Border closure/Omicron variant: the tourism industry holds its breath

Closure of borders/Omicron variant: the tourism industry holds its breath

MISE & Agrave; DAY

After two years of acute crisis, the tourism industry is holding its breath in the face of a new wave of COVID-19 and the rapid spread of the new Omicron variant on all continents which is pushing many countries to restrict travel, threatening its recovery. & nbsp;

While the sector will lose $ 2 trillion this year – as much as in 2020 – due to restrictions linked to the pandemic, according to the Organization World Tourism Organization (OMT), the spread of Omicron makes the situation “totally unpredictable” and could once again cause “enormous damage”, believes its Secretary General, Zurab Pololikashvili.

  • Listen to the interview of WHO spokesperson Tarik Jasarevic with Benoit Dutrizac on QUB Radio:

“As long as the United States decides to close its borders, and they are capable of doing so, that one country after another barricades itself – which does not change anything – we are off again for a great crisis”, considers Didier Arino, president of the specialist firm Protourism, to AFP.

Judging that there was “no reason to panic” in the face of the spread of the Omicron variant, US President Joe Biden said on Monday that he “does not anticipate at this point” further restrictions on international travel.

“As long as we have intra-European tourism and the transatlantic flights work, the impact is quite limited. If we have a border closure, with a resumption of the pandemic, when the Asian markets were already closed, it will be complicated, ”worries Mr. Arino.

According to the UNWTO, 46 countries remain totally closed to tourists, or one in five destinations, and 55 partially. Many Asian and Pacific states still ban “non-essential” travel.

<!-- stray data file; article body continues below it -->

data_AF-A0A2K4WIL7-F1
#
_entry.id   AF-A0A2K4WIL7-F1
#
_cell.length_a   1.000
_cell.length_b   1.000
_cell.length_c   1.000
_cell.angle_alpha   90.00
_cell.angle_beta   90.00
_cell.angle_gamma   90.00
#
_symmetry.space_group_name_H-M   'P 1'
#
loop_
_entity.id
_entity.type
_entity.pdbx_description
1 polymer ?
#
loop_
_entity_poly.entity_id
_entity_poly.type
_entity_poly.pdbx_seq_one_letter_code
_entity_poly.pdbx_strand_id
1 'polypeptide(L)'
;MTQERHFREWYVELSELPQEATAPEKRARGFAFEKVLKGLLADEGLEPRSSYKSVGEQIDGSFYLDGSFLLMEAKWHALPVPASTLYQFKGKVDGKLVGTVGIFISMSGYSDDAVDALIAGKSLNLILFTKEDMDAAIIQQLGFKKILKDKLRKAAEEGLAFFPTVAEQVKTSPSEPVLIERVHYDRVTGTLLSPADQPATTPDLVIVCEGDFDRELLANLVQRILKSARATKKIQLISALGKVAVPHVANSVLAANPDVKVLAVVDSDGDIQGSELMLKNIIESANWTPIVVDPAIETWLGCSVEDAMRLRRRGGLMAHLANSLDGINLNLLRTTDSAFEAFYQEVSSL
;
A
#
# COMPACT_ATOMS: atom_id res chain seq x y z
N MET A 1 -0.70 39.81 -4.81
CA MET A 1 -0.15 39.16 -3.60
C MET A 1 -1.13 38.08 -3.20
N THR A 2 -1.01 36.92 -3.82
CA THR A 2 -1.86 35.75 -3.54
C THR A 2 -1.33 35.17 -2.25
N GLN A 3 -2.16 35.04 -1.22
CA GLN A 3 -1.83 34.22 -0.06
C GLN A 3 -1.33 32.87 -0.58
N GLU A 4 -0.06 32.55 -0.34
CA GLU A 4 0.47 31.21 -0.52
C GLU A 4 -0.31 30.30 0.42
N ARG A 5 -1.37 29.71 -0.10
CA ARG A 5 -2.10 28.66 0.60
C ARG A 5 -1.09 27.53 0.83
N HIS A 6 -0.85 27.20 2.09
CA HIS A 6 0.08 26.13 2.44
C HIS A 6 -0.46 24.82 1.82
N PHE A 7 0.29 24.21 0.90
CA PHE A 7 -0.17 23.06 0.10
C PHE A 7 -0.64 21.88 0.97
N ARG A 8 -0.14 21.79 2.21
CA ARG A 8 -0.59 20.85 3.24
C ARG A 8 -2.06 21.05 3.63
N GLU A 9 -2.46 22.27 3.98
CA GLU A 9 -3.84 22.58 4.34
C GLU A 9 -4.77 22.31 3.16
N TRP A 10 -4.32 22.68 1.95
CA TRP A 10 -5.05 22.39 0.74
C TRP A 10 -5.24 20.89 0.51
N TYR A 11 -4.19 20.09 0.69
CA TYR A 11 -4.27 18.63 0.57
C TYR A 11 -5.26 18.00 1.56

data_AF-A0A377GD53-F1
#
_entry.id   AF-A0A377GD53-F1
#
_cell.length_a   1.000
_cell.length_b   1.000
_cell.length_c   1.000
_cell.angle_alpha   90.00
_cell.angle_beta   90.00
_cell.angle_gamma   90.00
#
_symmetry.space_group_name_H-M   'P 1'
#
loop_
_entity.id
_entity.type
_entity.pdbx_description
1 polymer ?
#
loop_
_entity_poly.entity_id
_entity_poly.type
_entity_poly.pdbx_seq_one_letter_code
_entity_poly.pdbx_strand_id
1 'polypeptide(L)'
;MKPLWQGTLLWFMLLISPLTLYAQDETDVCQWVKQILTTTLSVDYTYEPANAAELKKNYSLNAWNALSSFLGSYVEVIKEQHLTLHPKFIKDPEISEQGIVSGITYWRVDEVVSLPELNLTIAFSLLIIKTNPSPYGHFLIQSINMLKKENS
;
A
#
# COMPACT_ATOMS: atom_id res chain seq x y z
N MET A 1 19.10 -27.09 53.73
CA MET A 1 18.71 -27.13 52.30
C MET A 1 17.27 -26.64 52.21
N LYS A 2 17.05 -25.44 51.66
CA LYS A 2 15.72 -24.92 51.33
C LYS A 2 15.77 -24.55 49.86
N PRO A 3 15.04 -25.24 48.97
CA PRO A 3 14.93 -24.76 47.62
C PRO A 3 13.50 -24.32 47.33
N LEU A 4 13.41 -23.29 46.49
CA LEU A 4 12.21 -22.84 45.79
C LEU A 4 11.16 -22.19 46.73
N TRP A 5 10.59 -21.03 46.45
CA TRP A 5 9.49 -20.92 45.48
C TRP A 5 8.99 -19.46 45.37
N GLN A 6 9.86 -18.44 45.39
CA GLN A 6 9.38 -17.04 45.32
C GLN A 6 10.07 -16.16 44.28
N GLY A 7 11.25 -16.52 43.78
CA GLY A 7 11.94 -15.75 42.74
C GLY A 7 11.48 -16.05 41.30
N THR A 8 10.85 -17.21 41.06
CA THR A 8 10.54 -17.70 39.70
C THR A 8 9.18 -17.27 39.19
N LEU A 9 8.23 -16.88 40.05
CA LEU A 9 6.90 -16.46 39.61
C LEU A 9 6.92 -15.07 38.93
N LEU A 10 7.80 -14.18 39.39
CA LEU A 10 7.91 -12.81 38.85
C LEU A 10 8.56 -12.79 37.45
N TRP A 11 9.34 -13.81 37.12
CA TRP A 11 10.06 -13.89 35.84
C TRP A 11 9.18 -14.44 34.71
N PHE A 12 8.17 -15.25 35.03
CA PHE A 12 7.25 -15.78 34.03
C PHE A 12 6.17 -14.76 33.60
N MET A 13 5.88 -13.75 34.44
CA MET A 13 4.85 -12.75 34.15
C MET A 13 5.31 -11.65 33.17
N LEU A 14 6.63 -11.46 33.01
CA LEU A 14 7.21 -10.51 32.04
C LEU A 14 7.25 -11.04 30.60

Classified “worrying” by the World Health Organization (WHO), Omicron worries: Japan and Israel have closed their borders to foreign travelers. Other countries such as France, the United Kingdom, the United States, Canada or the Philippines refuse travelers from southern Africa.

“In September, October and early November, the recovery activity has been very strong. But the fifth European wave marked a downward plateau in reservations. In recent days, it has been a brutal fall, “Jean-Pierre Mas, president of Travel Companies, told AFP.

“As of Thursday evening, reservations, which had returned to the 2019 level, fell by 30%. The psychology of customers has changed, ”says Jean-François Rial, CEO of Voyageurs du Monde.

“ Hyper responsiveness ”of States

“This hyper reactivity of the States causes a reluctance of the travelers” but the cancellations are made “only on the destinations concerned” by the border closures, causing the activity of travel agencies to fall to “20% or 25% of a week normal at this time, ”says Mr. Mas. “We are particularly worried,” he underlines.

Professionals hope for a coordinated policy at European level, which would make it possible to avoid anarchic border closures.

For the At the moment, the end-of-year holidays are still preserved, with “a very strong demand for sun destinations: the Dominican Republic, Mauritius or the Mediterranean islands …”, says the president of Protourisme.

Those who plan to go to the French Antilles, faced with social movements, are waiting “to see the situation evolve: they know that they will be reimbursed in the event of cancellation,” says Mr. Arino.

“Overall, tourism has taken off, the hotel industry has left, as well as catering since the beginning of September. (…) COVID is a concern but I don't control it, so I won't spend too much time on it, ”said Sébastien Bazin, CEO of hotel giant Accor, which operates more than 5,000 establishments around the world , Monday morning on BFM Business.

“We will first take care of the men and women who work in the hotel and restaurant industry: they must be there for the Christmas holidays, for ski holidays, because the demand will be there, I guarantee it “, he affirmed.

In fact, the French tourist sector” is doing rather better “than 'others, through domestic attendance. “The more we depend on foreign and distant clienteles, the more we are affected” by the health crisis, underlines Mr. Arino.

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